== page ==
March 20, 2018

United States Senate
Washington, DC 20510

Re: Support for Granting Release and Compassion Effectively (GRACE) Act of 2018 

Dear Senator: 

Human Rights Watch is writing to encourage your co-sponsorship of the recently introduced bipartisan bill, Granting Release and Compassion Effectively (GRACE) Act (S. 2471). This legislation seeks to streamline the currently burdensome process of federal compassionate release for incarcerated people, who are aging, medically incapacitated, and/or whose family requires their presence due to a compelling circumstance. The GRACE Act would also create a higher threshold of accountability for all relevant administrators, warden, units and medical professionals in the Bureau of Prison (BOP)'s use of compassionate release. A prisoner should not be obligated to suffer in their cell, due to aging, an unforeseen illness or circumstance; the GRACE Act would prevent such suffering and amend sentences that are no longer necessary or humane. 

For many years, Human Rights Watch has called for federal legislative reform on compassionate release,[1] which permits aging  prisoners and those with physical or mental disabilities to reunite with their families, for their special health care needs. A prison sentence that may have constituted a just and proportionate punishment when it was imposed may become disproportionately severe in light of changed circumstances. To be consistent with human rights norms, a decision regarding whether a prisoner should remain confined should include careful consideration of whether continued imprisonment would be inhumane, cruel, degrading, or otherwise inconsistent with human dignity.[2] Existing federal law fails to do this sufficiently.

By 2019, aging prisoners will account for nearly 30 percent of the total prison population[3]. According to data analyzed by The Marshall Project and The New York Times, from 2013 to 2017, the Bureau of Prisons approved only 6 percent of the 5,400 applications received, while 266 inmates who requested compassionate release died in custody.[4] A 2016 report from the Department of Justice’s Inspector General found the physical infrastructure of BOP institutions to be inadequate to house aging inmates and that compassionate release could help reduce overpopulation of the federal prison system, which is at approximately 36 percent over capacity, according to BOP data.[5]

Similarly, in the event of extreme circumstances with their family, such as the death of their children or their guardians, the system should take better cognizance of incarcerated persons’ interest in taking care of their family. Support for expanding and fortifying compassionate release has generated from the work of the U.S. Sentencing Commission, the Justice Department's Inspector General, bipartisan leaders in Congress, and major advocacy groups.

BOP's failure to grant compassionate releases when prisoners clearly meet the criteria, and subsequently, their failure to accurately collect and report acceptances and denials of such requests has generated a great deal of concern[6]. Once all mechanisms within the BOP have been depleted, compassionate release, as it stands today, does not allow the prisoner to appeal the BOP's denial of the release request to a district court. Under the GRACE Act:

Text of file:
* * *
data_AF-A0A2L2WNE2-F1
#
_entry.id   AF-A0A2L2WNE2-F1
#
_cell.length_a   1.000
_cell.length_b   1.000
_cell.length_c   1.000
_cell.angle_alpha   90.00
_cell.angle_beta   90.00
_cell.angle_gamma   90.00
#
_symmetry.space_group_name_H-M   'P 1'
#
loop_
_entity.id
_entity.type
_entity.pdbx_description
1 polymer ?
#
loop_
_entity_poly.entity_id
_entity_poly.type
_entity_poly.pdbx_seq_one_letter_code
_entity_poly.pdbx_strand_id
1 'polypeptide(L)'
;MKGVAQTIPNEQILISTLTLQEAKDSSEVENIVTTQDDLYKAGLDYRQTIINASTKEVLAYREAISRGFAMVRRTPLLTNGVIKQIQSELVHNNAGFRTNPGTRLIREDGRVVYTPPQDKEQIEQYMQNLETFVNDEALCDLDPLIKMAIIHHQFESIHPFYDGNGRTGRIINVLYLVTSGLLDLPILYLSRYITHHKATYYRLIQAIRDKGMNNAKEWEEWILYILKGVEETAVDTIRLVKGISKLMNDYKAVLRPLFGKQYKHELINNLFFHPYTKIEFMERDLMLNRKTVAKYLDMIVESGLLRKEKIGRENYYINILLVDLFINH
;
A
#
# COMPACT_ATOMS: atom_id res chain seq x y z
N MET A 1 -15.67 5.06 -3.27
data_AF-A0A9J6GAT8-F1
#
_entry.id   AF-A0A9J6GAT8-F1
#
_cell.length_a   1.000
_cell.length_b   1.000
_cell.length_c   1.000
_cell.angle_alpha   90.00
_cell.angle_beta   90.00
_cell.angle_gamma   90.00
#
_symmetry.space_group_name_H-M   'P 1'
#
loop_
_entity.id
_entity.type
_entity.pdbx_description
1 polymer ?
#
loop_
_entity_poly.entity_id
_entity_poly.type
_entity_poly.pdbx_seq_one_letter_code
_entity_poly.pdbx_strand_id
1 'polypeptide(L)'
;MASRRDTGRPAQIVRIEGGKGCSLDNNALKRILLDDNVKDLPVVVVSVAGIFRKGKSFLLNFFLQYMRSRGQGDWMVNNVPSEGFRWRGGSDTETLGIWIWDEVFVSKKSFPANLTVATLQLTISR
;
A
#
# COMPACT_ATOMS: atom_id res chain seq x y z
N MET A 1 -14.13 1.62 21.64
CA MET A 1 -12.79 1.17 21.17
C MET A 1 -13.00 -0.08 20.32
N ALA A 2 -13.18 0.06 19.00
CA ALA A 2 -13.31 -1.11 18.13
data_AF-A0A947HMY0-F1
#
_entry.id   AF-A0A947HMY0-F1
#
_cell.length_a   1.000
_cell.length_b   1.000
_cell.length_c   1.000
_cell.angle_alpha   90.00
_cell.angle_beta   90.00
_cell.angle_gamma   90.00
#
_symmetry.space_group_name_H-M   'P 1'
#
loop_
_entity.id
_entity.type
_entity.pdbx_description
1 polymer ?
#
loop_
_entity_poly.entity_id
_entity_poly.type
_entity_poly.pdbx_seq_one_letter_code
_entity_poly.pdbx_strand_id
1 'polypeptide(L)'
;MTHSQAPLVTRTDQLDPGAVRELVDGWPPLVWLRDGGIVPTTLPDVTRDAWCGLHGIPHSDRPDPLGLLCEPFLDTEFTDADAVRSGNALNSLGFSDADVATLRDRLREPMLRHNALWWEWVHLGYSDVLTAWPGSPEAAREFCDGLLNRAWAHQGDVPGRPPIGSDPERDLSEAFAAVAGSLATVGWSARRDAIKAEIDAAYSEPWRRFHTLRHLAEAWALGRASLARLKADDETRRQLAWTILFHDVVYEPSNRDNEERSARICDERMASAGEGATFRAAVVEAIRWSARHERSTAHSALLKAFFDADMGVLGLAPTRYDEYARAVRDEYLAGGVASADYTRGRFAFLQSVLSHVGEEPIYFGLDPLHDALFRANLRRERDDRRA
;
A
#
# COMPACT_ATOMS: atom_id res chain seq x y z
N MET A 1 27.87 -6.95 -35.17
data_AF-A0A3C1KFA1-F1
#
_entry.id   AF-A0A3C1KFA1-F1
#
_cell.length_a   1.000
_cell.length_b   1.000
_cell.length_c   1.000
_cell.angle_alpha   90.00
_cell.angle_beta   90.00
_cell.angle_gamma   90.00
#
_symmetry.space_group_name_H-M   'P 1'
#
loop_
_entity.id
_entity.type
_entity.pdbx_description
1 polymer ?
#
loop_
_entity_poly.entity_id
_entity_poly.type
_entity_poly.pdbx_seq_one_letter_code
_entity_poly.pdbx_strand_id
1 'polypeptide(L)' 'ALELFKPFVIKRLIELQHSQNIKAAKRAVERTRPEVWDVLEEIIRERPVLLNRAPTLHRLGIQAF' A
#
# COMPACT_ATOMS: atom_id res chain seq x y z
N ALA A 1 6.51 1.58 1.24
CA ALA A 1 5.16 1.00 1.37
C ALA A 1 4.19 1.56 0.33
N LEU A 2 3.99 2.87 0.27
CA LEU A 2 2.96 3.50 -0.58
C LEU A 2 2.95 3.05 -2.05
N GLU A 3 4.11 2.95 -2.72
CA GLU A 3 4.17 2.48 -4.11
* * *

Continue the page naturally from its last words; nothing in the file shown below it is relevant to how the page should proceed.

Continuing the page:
• ​The BOP would be required to notify families of a prisoner's terminal diagnosis within seven days, giving the family an opportunity to visit; 
  • Process and eligibility of compassionate release would be displayed and advertised to incarcerated persons; 
  • Annual data will be collected and reported on the BOP's use of compassionate release; 
  • Timely responses to compassionate requests would be administered consistently; 
  • Prison staff and prisoner's family or attorney could assist a prisoner in filing a compassionate release request; 
  • Allow incarcerated persons to petition for compassionate release to care for their minor child(ren), in the case of death or incapacitation of caregiver. 

We urge you to support the GRACE Act. If you would like to discuss this important issue further or would like additional information, please do not hesitate to contact me at tylerj@hrw.org or at 202.612.4343.

Sincerely,

Jasmine L. Tyler
Advocacy Director, US Program

 

[1] Human Rights Watch, The Answer is No: Too Little Compassionate Release in US Federal Prisons, report, November 2012, https://www.hrw.org/report/2012/11/30/answer-no/too-little-compassionate....

[2] For an extended discussion of how age and incapacity affect the purposes of punishment that might be served by continued incarceration, as well as the relevant human rights jurisprudence, see Human Rights Watch, Old Behind Bars: The Aging Prison Population in the United States, January 28, 2012, http://www.hrw.org/reports/2012/01/27/old-behind-bars-0.

[3] KiDeuk Kim & Bryce Peterson, “Aging Behind Bars: Trends and Implications of Graying Prisoners in the Federal Prison System,” Urban Institute, August 2014, https://www.urban.org/sites/default/files/publication/33801/413222-Aging....

[4] Christie Thompson, “Old, Sick and Dying in Shackles,” The Marshall Project, March 7, 2018, https://www.themarshallproject.org/2018/03/07/old-sick-and-dying-in-shac....

[5] Office of the Inspector General, U.S. Department of Justice, “The Impact of an Aging Inmate Population on the Federal Bureau of Prisons,” February 2016, https://oig.justice.gov/reports/2015/e1505.pdf.

[6] Office of Senator Patrick Leahy, U.S. Senate, Schatz, Lee, Leahy Introduce Bipartisan Legislation To Improve Compassionate Release Process, Save Taxpayer Money, February 2018, https://www.leahy.senate.gov/press/schatz-lee-leahy-introduce-bipartisan...